November 23, 2020
John Kartsonas serves as the ETF Managers Group, LLC’s dry bulk shipping expert and partner in the BDRY ETF, the first and only freight forward exchange-traded product focusing exclusively on dry bulk shipping .
From 2011 to 2017, Mr. Kartsonas was a Senior Portfolio Manager at Carlyle Commodity Management, a New York-based commodities-focused investment firm part of the Carlyle Group.
He was responsible for the company’s investments in shipping and freight. During his tenure he managed one of the largest freight forward funds in the world.
In this 3,542-word interview, exclusively in the Wall Street Transcript, Mr. Kartsounas explains his investment vehicle.
“As an ETF, the ticker symbol is BDRY, and investors can buy and sell like any other stock. It is listed on the New York Stock Exchange and is one of more than 3,000 ETFs available to investors …
BDRY is the first and only of its kind in the world. There are no other shipping ETFs available today. This is the only way for an investor to invest directly in the shipping market.
BDRY offers investors the ability to invest directly in shipping rates, which has never happened before. It’s very similar to other commodity ETFs like oil and gold ETFs.
BDRY is directly exposed to shipping rates. These are freight rates. The shipping rate is the price that miners and producers of raw materials pay to transport their goods around the world.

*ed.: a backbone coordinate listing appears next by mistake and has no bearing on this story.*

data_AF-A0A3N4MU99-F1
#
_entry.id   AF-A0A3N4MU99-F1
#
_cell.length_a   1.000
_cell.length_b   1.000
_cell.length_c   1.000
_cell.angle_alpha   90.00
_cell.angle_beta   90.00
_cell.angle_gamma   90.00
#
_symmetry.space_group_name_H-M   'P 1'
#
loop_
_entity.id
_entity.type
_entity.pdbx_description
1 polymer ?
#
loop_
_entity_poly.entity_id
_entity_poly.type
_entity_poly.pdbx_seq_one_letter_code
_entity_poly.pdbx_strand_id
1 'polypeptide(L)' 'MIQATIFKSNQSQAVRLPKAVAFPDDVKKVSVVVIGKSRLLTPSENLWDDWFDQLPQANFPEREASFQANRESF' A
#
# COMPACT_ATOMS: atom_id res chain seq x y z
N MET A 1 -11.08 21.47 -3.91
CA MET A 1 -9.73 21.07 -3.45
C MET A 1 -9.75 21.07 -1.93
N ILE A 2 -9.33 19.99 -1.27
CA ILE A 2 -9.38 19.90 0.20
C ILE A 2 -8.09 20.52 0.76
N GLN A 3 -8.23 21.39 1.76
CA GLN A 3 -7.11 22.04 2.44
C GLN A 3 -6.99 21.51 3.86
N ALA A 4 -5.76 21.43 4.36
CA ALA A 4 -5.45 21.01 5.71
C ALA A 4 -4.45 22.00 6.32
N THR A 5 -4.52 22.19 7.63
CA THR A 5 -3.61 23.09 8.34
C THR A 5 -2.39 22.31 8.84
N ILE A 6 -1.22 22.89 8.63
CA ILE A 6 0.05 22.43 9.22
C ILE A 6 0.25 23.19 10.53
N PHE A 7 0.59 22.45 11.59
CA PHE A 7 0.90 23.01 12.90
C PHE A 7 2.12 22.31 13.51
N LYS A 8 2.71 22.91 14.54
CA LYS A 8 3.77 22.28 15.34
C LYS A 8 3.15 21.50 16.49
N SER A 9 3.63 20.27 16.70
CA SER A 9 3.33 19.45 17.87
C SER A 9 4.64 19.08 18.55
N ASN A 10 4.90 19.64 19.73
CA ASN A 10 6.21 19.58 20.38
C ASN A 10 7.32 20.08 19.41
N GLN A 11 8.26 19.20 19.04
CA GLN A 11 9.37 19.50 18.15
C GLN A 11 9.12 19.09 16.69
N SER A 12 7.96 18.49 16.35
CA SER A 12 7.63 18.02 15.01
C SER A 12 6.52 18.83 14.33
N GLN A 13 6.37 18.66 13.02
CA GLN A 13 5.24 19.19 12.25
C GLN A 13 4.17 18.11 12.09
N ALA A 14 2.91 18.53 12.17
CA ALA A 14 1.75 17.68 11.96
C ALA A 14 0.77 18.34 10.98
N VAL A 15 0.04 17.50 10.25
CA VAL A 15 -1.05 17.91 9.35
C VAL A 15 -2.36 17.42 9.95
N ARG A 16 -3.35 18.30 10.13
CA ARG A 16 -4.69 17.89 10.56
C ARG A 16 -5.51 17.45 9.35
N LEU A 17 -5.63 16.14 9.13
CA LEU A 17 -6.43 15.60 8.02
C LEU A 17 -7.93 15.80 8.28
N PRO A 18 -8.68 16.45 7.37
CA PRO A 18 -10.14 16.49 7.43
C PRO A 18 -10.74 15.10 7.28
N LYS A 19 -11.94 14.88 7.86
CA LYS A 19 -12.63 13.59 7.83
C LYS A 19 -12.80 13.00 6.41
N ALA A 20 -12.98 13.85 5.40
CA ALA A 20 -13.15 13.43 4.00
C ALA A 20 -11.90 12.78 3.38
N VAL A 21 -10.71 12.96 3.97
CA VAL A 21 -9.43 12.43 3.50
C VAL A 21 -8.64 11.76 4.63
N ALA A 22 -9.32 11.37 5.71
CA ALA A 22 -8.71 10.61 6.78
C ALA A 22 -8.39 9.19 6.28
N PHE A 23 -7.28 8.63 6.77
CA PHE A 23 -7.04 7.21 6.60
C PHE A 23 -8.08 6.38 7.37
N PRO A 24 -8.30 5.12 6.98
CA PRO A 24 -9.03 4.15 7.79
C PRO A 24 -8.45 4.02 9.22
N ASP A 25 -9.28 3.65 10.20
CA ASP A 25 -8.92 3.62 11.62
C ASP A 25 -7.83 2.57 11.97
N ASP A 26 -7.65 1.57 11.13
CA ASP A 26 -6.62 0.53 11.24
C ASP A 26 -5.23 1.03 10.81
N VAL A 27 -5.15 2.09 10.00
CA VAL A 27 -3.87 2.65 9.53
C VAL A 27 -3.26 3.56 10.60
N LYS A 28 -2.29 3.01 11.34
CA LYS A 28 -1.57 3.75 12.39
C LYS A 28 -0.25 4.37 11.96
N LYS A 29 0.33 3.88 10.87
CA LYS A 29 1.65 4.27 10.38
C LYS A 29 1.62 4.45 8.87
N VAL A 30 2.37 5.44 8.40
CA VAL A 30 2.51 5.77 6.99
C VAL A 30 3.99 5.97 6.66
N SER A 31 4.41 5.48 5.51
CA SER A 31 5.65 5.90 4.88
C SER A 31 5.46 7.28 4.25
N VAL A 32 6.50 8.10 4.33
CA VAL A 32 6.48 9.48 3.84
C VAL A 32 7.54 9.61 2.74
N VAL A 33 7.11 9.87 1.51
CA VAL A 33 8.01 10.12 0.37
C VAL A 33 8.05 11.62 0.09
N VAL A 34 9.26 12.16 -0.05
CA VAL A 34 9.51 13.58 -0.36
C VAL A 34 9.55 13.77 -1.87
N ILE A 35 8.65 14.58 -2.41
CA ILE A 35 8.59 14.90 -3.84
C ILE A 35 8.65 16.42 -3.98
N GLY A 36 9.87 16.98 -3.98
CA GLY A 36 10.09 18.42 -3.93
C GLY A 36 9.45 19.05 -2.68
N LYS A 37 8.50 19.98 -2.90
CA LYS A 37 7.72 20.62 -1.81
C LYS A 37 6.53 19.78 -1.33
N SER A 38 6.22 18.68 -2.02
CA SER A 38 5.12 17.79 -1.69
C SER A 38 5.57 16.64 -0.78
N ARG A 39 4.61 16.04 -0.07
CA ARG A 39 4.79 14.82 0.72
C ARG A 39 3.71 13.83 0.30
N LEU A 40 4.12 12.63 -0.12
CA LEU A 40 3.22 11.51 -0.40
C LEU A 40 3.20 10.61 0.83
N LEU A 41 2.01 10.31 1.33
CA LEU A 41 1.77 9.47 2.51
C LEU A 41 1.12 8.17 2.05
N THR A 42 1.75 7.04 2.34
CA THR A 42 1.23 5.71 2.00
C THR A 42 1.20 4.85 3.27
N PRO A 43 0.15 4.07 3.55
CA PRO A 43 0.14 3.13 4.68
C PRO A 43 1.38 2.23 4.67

For example, if you are a miner and you mine coal, you have to transport it, say, from the United States to China, so you have to hire a vessel and pay the owner to transport that good from point A to another. B.
This cost is called the shipping rate. These tariffs define the global maritime transport market.
Everything that has to do with shipping has to do with the shipping rate.
Mr. Kartsonas has more details about the investment thesis:
“For example, when you talk about construction and infrastructure spending in China, it’s all about steel. China needs to produce steel to build bridges, roads, new residential, commercial buildings, etc.
To make steel, you need the raw material, which is iron ore. China mainly imports most of its iron ore from Australia and Brazil.
So, for China to keep growing, it has to keep importing raw materials, which means increased demand for shipping.
This is essentially at the heart of the thesis of investment in maritime transport. This is global growth, mainly in Asia, reflecting the demand for raw materials.
Dry bulk transport is a market very concentrated on the Asian economy.
It doesn’t correlate with most of the daily headlines you see in the US markets. It’s not really affected by the day-to-day macro narrative, whether it’s interest rates, economic data points, or policy changes.
It’s a very idiosyncratic market as shipping rates fluctuate based on the actual supply and demand for ships and cargo to be transported.
For a full picture of this exciting new investment vehicle, read the full 3,542-word interview with Mr. Kartsounas, exclusively in the Wall Street Transcript.